EM Mindset: COVID-19 Edition – Quiet… Yes, I said it!

Author: Madonna Fernandez-Frackelton, MD, FACEP (@MadonnaFernand2, Vice Chair of Education and Program Director, Harbor-UCLA Medical Center, Torrance, CA) // Reviewed by: Alex Koyfman, MD (@EMHighAK), Manny Singh, MD (@MPrizzleER), and Brit Long, MD (@long_brit)

Welcome back to the EM Mindset series. Today we host thoughts from Dr. Madonna Fernandez-Frackelton. If you would like to contribute to the EM Mindset series, please feel free to reach out to us.

It was so quiet in the ED that even the most superstitious of us lost all fear of speaking the “Q” word aloud. A few days ago, we were sending residents home early. There was no one in the waiting room. The quiet was peppered with the intermittent COVID patient, and the extremely high speed MVA caused by an irresistible urge to go over 100 miles per hour on the never before empty freeways of Los Angeles. Most patients with the nerve to show up were quite ill.

We knew from New York that our time would come, and the anticipatory anxiety was palpable. As I write this, it has just begun for us in Los Angeles. Thankfully, we have had time to prepare and have learned from the collective wisdom and experience of our colleagues in Washington, New York, New Jersey, Italy… Strange things are happening… even stranger than the inexplicable and persistent run on toilet paper, not the least of which is that consultants are SUPER nice to us on the phone!

There has been much discussion, preparation, and education to address this pandemic. The daily Zoom and Skype meetings, and barrage of e-mails from the CDC, ACEP, SAEM, CORD and every FOAMed source available suggest that COVID is the only disease on the planet. And we all now know that the patient with appendicitis probably also has COVID.

My husband’s business has been deemed essential. He is in steel fabrication and plating. They manufacture store fixtures and supply grocery stores. Turns out the bottom shelves in the toilet paper aisles don’t stand up well to shoppers climbing to the top to get the last package. He imports a lot of product from China and has a plant there. In January, his colleagues in China sent him pictures of municipalities creating landslides to block the roads in and out. Word was this virus was much worse than we were hearing.

Once the dust and droplets have settled, what will we have learned… the good and the bad?


The Bad:

  • We all know more about big cats in captivity that we ever wanted to, and we can’t get those 8 hours of our lives back.
  • We also know that the social distancing will decrease the spread of disease and save people who would otherwise have died from COVID, but we cannot ignore the collateral damage. Many people with real illness… other than COVID… are staying away, not seeking the care they need, and eventually presenting critically ill, or maybe dying at home.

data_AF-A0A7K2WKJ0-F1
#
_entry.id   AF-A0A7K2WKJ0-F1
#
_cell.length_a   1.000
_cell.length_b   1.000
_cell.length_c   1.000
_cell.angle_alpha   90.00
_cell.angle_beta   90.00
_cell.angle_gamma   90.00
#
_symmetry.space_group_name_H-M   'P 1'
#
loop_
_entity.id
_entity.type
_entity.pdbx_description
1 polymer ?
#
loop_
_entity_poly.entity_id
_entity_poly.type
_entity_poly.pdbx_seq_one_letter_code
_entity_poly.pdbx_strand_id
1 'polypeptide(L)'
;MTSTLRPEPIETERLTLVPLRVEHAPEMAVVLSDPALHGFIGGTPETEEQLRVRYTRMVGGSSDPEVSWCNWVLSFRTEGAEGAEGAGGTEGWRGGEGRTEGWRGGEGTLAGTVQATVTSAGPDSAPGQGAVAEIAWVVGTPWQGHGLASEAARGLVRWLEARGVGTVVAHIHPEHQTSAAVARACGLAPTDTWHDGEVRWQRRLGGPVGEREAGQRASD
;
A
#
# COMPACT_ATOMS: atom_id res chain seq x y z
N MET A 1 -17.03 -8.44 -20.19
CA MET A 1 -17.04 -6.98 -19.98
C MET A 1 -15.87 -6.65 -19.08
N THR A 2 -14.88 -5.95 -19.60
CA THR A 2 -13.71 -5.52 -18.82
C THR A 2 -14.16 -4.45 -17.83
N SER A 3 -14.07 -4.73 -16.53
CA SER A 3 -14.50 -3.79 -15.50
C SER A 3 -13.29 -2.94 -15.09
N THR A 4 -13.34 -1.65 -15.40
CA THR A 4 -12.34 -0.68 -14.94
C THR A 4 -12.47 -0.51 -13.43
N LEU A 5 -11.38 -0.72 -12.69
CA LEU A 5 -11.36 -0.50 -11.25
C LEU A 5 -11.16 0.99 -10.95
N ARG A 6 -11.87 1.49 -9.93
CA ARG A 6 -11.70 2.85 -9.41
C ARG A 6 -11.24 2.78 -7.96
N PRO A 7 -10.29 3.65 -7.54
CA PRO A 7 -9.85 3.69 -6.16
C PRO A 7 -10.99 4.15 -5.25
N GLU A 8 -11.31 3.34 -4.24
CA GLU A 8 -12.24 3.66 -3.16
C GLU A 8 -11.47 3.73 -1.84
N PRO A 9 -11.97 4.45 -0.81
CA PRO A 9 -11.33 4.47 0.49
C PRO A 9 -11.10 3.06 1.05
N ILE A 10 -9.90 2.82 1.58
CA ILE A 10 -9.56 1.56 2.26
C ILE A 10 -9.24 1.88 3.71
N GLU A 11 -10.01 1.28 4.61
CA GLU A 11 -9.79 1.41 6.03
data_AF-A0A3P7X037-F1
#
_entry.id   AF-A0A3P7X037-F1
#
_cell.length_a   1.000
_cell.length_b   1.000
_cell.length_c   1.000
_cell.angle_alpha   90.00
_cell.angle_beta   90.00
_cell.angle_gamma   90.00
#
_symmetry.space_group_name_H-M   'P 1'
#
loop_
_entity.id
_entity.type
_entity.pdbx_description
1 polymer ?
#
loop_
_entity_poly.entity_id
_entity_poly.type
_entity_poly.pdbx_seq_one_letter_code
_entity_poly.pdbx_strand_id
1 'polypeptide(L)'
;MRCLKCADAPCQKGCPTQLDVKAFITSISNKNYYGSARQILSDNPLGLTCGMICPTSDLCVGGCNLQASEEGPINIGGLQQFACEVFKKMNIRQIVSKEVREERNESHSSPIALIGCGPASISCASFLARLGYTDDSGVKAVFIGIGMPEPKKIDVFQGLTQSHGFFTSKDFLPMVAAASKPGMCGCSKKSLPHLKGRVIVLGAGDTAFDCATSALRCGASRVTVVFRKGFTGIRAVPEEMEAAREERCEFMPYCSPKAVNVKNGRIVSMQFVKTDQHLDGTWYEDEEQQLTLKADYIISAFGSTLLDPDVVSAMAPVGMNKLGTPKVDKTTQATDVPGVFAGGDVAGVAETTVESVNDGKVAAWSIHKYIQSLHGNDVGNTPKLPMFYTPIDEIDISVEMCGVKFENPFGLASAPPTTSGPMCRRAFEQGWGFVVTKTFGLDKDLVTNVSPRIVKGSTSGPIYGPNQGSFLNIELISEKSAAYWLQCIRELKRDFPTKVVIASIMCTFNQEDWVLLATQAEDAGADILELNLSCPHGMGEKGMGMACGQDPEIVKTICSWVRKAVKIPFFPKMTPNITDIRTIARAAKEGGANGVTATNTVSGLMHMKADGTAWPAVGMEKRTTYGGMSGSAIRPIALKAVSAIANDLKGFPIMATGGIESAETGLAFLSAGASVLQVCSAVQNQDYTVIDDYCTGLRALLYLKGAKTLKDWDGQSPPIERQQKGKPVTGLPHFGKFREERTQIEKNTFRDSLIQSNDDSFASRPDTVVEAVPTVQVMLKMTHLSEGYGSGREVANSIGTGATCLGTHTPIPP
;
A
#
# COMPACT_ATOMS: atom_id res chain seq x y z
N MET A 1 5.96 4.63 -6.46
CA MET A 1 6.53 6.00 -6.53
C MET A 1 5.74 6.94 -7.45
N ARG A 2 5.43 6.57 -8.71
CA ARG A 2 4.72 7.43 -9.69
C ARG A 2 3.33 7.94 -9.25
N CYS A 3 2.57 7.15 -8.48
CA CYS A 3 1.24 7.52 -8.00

• Millions of people have already lost their jobs, and many businesses will not survive this shut down. We thought we had a problem with homelessness in January. I fear it will pale in comparison to what we will see in June, and we as emergency clinicians need to also be prepared for that. Those whose jobs have been deemed essential are truly fortunate, like the WWE? Really, Florida? And the pot shops? Really, most states?
  • The people least likely to be harmed by this virus have arguably sacrificed the most because these are experiences that cannot be replaced when the economy eventually recovers. No graduation, no prom, no school, no accepted students’ day for colleges to help them decide where to go, no sports, no opportunity to get that scholarship, no Olympics.
  • Social distancing means social isolation to some. Compounded by the financial hardships of job loss, most experts predict a significant rise in suicide rates. And “safer at home” is not true for all. Our first responders have all noted a significant bump in domestic violence calls.
  • The most recent order placed with my husband’s company was by police for 2,500 riot batons. I hope they are wrong.


The Good:

  • This has brought everyone together in ways I never imagined. With the total ED volume down and elective rotations pretty much cancelled, we have the resources. Emergency Medicine, Family Medicine, and Anesthesia all contributed to add two more MICU teams. Surgery started a “line team,” and orthopedics created the proning team. Everyone is looking for ways to help.
  • People are showing real concern for our techs and facilities management crew, and appreciating them in a way that I feel will continue beyond this crisis.
  • Communication is better than ever, and it feels like everyone’s concerns are actually being heard and addressed.
  • This online conference thing is really amazing! Attendance is the best I have seen it in 24 years and people actually participate more in the conversations while on line. We are definitely going to incorporate it into conferences in the future.


Overall, the bad is winning right now. We will get through this “C” thing, and we will be changed, eventually for the better. It’s no longer “Q” in the ED.

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